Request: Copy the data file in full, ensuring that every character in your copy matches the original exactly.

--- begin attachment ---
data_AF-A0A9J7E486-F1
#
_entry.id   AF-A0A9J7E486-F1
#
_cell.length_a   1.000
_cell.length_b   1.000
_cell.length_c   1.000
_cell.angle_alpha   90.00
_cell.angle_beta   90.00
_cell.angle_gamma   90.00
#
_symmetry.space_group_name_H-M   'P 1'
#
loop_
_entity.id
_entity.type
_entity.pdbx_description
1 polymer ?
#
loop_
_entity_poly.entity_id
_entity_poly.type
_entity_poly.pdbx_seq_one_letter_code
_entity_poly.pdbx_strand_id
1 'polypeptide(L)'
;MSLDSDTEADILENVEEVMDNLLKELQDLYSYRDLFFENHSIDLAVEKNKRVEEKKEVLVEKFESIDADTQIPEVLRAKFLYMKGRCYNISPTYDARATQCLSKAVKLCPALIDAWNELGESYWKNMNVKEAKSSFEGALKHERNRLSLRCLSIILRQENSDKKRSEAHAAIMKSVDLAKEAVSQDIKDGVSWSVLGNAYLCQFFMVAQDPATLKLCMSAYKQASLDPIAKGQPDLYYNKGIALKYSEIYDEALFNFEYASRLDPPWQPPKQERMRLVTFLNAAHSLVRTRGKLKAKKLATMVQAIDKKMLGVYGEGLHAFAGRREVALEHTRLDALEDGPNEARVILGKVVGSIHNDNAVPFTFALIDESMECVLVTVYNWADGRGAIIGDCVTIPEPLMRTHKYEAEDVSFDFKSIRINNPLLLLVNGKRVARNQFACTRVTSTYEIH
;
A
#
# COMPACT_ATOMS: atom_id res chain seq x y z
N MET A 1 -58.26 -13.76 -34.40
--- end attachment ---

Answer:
data_AF-A0A9J7E486-F1
#
_entry.id   AF-A0A9J7E486-F1
#
_cell.length_a   1.000
_cell.length_b   1.000
_cell.length_c   1.000
_cell.angle_alpha   90.00
_cell.angle_beta   90.00
_cell.angle_gamma   90.00
#
_symmetry.space_group_name_H-M   'P 1'
#
loop_
_entity.id
_entity.type
_entity.pdbx_description
1 polymer ?
#
loop_
_entity_poly.entity_id
_entity_poly.type
_entity_poly.pdbx_seq_one_letter_code
_entity_poly.pdbx_strand_id
1 'polypeptide(L)'
;MSLDSDTEADILENVEEVMDNLLKELQDLYSYRDLFFENHSIDLAVEKNKRVEEKKEVLVEKFESIDADTQIPEVLRAKFLYMKGRCYNISPTYDARATQCLSKAVKLCPALIDAWNELGESYWKNMNVKEAKSSFEGALKHERNRLSLRCLSIILRQENSDKKRSEAHAAIMKSVDLAKEAVSQDIKDGVSWSVLGNAYLCQFFMVAQDPATLKLCMSAYKQASLDPIAKGQPDLYYNKGIALKYSEIYDEALFNFEYASRLDPPWQPPKQERMRLVTFLNAAHSLVRTRGKLKAKKLATMVQAIDKKMLGVYGEGLHAFAGRREVALEHTRLDALEDGPNEARVILGKVVGSIHNDNAVPFTFALIDESMECVLVTVYNWADGRGAIIGDCVTIPEPLMRTHKYEAEDVSFDFKSIRINNPLLLLVNGKRVARNQFACTRVTSTYEIH
;
A
#
# COMPACT_ATOMS: atom_id res chain seq x y z
N MET A 1 -58.26 -13.76 -34.40